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Organic carbon storage in soils of the Basque Country (Spain): the effect of climate, vegetation type and edaphic variables

Ganuza, Amaia, Almendros, Gonzalo
Biology and fertility of soils 2003 v.37 no.3 pp. 154-162
aluminum, carbon sequestration, carbonates, cation exchange capacity, climate change, climatic factors, correlation, forests, land use change, pastures, plantations, protons, sampling, sand, shrublands, soil organic carbon, temperature, texture, topsoil, Spain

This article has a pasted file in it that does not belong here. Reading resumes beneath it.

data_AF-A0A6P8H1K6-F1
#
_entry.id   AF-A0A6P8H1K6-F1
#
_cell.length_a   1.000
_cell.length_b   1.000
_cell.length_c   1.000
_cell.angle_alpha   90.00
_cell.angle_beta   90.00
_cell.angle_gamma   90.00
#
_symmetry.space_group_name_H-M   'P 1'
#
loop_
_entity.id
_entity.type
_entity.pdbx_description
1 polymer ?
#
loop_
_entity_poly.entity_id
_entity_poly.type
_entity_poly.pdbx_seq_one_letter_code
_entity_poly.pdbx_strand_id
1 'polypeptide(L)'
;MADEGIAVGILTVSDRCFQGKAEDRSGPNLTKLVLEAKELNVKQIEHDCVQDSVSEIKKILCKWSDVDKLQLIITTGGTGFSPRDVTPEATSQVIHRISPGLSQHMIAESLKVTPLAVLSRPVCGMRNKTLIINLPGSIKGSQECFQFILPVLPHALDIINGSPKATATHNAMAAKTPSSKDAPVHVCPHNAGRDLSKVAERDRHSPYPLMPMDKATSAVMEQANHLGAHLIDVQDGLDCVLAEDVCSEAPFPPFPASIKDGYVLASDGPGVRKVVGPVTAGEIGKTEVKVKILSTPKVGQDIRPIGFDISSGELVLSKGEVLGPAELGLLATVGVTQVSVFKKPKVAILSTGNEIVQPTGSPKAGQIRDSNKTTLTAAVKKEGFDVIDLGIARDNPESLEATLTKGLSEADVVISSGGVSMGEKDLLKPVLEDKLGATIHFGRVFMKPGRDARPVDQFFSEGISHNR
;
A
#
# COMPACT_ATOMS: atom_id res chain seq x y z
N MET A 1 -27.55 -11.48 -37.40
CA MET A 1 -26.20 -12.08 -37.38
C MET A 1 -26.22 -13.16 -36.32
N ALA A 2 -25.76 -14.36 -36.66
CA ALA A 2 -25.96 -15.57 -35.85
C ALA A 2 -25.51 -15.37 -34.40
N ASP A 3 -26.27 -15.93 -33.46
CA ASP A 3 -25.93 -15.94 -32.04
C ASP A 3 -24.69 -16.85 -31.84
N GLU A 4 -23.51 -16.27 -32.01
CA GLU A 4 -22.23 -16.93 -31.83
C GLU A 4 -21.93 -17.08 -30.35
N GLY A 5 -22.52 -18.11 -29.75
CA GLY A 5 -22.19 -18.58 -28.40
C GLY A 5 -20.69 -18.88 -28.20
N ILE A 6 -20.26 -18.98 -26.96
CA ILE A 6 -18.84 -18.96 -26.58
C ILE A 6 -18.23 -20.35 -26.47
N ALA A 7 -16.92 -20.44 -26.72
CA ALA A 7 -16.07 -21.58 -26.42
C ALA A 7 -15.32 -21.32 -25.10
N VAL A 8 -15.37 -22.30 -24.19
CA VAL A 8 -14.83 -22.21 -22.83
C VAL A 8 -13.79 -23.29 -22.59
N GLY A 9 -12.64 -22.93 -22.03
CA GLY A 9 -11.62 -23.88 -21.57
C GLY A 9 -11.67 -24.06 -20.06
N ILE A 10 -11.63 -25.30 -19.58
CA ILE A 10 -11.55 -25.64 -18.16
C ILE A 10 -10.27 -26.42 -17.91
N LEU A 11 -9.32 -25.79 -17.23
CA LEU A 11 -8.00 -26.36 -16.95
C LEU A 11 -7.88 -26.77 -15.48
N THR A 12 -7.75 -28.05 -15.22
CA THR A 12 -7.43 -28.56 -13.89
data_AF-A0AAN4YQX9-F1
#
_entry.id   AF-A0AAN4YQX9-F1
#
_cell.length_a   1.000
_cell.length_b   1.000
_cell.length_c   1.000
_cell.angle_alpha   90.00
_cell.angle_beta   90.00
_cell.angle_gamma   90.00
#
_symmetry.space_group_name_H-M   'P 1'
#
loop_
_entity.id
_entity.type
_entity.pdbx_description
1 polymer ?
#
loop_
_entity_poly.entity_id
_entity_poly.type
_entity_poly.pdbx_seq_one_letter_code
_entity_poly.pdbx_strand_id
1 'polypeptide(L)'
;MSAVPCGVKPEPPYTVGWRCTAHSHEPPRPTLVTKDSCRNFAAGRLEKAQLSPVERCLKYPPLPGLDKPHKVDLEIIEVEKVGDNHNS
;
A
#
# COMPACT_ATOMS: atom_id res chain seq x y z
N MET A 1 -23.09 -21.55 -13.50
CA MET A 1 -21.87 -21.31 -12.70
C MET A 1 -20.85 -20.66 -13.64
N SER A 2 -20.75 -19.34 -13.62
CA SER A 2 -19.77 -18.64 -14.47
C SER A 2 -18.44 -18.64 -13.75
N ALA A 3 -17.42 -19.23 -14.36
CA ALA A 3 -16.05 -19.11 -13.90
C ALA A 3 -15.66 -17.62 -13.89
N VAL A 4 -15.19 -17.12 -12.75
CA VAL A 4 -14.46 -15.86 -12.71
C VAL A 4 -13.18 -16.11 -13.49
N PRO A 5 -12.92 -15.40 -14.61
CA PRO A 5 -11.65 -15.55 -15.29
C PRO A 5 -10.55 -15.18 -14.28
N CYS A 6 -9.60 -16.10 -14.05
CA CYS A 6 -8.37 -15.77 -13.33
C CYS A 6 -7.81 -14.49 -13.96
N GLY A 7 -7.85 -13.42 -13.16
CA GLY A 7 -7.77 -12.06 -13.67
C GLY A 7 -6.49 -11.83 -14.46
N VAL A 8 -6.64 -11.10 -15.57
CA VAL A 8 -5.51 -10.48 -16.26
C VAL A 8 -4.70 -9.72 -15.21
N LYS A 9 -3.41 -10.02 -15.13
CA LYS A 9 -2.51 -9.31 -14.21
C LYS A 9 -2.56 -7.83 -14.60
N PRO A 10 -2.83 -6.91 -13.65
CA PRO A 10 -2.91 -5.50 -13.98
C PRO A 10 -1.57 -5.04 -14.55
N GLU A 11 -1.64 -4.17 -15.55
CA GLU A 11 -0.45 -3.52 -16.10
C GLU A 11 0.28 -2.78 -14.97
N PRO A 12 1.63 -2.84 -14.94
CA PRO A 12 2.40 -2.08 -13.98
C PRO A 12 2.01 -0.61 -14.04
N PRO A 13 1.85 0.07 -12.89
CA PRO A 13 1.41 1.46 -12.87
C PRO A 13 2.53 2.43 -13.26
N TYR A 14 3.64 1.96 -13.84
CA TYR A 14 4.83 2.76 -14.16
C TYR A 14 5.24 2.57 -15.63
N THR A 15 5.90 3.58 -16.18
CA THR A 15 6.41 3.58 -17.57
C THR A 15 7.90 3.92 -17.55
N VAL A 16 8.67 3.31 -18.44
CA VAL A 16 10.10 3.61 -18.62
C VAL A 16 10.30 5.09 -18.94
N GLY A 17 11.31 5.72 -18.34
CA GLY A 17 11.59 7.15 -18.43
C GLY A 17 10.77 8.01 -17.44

This study was performed to identify the environmental factors that control soil organic carbon (SOC) accumulation in the Basque Country (Northern Spain) and to evaluate the impact of land use change on SOC budget in this territory. A total of 30 samples of the organomineral horizon were taken under representative vegetation types including native forest, coniferous plantations, scrub, pasture and cultures. The edaphic variables measured were organic C content, pH, total N, available P, exchangeable H⁺ and Al³⁺, cation exchange capacity (CEC), texture, and carbonates. The substitution of the original forest with a pasture led to a significant increase in organic C content of the topsoil in all cases studied. Temperature was the main climatic factor affecting the organic C levels in soil, being the two variables negatively correlated. The CEC and texture were other key factors controlling the organic C content, which increased with CEC and decreased with total sand. Average organic C content of the organomineral horizon did not differ significantly (P <0.05) with base content of original substrate nor climate type, but it was more sensitive to climate change in the Atlantic soils than in the Mediterranean ones, where edaphic variables such as CEC and texture were important in regulating C sequestration.